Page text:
Jack Bucker presented preliminary findings from a research project modeling the economic value of environmental monitoring for fisheries management. Fisheries management agencies, such as the US National Marine Fishers Service, spend a large fraction of their budgets collecting and analyzing data to assess the status of harvested populations. This information is used to determine sustainable and productive harvest rates, a critical component of the management process.

Lab Seminar - A New Field-Level Measure of the Stock of Soil Organic Carbon.

Devin Serfas presented findings from his work developing and applying models of soil carbon dynamics to field-level soil and crop production data from Saskatchewan. Agricultural soil carbon sequestration is considered by many to be an important method for reducing atmospheric carbon. Agricultural practices and production decisions affect the rate at which carbon from the atmosphere enters the soil and the rate at which carbon from the soil mineralizes and leaves the soil as CO2.

Lab Seminar - Strategies for mitigating air pollution around the city of Chengdu

Qian Wang presented some recent work developing a modeling framework to identify effective air pollution control strategies for the city of Chengdu. The current policy framework sets emission limits based on ambient pollution levels, reducing emission limits when the level of air pollution is high. However, this does not account for the dynamics of the system. Emissions are known to accumulate in the basin around the city over time and remain in the area until it is cleared by high winds or rain.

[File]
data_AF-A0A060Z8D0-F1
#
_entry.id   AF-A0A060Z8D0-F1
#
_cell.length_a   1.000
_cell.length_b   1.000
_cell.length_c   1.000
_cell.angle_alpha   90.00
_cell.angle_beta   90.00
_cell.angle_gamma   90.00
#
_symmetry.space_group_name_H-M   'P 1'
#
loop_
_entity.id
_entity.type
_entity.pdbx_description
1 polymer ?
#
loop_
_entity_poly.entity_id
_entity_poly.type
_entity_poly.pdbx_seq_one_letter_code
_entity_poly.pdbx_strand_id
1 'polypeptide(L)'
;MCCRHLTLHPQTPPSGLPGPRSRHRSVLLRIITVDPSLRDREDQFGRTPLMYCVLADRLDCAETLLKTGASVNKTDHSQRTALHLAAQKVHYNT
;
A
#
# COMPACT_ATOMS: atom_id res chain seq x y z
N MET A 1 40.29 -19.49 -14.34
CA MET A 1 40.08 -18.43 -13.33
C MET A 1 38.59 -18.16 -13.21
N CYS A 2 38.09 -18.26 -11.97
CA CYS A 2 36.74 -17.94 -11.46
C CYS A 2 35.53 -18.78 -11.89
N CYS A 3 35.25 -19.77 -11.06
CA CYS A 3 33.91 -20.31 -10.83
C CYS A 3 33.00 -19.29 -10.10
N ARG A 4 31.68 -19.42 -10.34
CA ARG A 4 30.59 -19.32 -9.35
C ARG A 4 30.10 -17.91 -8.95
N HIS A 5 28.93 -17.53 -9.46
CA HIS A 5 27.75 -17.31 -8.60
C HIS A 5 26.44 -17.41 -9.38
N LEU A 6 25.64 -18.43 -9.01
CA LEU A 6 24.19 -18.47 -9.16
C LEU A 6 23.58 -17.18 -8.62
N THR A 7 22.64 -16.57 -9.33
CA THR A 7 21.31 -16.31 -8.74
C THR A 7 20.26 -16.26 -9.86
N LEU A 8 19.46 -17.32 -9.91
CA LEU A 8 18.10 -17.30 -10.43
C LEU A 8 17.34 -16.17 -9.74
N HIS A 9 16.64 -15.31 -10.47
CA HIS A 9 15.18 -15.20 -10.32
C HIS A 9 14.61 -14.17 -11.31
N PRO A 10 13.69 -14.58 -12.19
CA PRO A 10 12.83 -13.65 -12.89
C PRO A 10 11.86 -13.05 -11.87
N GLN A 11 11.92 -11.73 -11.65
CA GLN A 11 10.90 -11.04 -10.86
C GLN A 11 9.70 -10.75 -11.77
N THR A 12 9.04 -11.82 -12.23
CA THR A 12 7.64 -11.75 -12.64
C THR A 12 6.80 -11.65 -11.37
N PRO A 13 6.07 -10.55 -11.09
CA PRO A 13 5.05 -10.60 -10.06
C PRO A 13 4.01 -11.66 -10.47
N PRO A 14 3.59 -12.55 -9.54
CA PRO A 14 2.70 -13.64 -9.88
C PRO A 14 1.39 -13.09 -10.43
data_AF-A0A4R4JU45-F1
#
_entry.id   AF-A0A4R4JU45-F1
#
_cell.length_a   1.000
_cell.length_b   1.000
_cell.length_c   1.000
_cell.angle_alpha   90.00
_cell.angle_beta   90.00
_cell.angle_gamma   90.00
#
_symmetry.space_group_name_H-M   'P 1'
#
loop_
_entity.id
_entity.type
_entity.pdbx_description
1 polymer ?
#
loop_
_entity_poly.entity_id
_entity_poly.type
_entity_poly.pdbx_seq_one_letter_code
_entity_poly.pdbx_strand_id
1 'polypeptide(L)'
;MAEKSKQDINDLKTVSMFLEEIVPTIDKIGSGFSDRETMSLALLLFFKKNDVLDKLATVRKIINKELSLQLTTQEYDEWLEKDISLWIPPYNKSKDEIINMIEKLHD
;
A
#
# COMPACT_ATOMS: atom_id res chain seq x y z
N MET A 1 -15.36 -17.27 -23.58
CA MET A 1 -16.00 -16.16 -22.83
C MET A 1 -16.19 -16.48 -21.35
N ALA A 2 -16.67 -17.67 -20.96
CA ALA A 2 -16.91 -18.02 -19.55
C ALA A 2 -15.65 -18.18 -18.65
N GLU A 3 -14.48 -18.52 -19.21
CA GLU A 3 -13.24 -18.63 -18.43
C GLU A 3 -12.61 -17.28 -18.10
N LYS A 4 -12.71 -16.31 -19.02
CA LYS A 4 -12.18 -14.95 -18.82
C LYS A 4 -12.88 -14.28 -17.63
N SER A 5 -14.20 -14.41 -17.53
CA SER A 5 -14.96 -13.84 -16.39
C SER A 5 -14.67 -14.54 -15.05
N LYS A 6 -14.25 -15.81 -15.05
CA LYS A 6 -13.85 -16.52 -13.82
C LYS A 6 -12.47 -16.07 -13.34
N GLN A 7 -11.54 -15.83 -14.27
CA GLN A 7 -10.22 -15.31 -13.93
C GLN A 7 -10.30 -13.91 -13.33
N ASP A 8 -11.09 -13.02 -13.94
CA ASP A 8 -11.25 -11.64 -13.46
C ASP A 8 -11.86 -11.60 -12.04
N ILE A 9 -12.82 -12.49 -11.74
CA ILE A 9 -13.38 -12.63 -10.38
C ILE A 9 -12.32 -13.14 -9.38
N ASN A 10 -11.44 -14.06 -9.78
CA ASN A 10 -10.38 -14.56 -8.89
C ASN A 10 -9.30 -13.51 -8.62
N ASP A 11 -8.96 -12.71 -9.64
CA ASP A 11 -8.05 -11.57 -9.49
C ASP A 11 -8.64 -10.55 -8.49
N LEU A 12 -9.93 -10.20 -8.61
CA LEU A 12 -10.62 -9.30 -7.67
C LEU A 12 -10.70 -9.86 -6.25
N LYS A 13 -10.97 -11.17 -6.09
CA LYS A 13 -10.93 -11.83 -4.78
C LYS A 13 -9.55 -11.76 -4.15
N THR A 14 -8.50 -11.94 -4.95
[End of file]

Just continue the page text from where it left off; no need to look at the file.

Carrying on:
Lab seminar: The effect of fuel subsidies on participation in Chinese fisheries

Last week Kaiwen Wang gave a presentation discussing the joint effects of a vessel by back and fuel subsidy program on the number of vessels participating in fisheries in the East China Sea.  Here fishery managers have used input controls to reduce the risk of overfishing. These measures include a quota system designed to limit the number and size of vessels participating in the fishery and a buyback program designed to reduce the size of the fleet over time.

Lab Seminar - Medicaid expansion reduces the effect of air pollution on birth outcomes

 Anderson Ospino presented a paper analyzing the effectiveness of public health insurance (Medicaid) in mitigating the harmful effects of prenatal air pollution exposure on fetal death and birth outcomes. Air pollution has an extensive range of deleterious impacts on health and has been linked to poor outcomes in pregnancy, including premature birth, low birth weights, and even fetal death.

Lab Seminar - Unpriced flood risk in the US housing market

This week Jesse Gourevitch presented his work estimating the unpriced flood risk in the US housing market. He and his collaborators combined climate models that predict changes in flood risk with housing market data to identify the extent to which information about flooding is incorporated into market prices. Using these data they estimate that residential properties in the United States exposed to flood risk are overvalued by $121-237 billion dollars.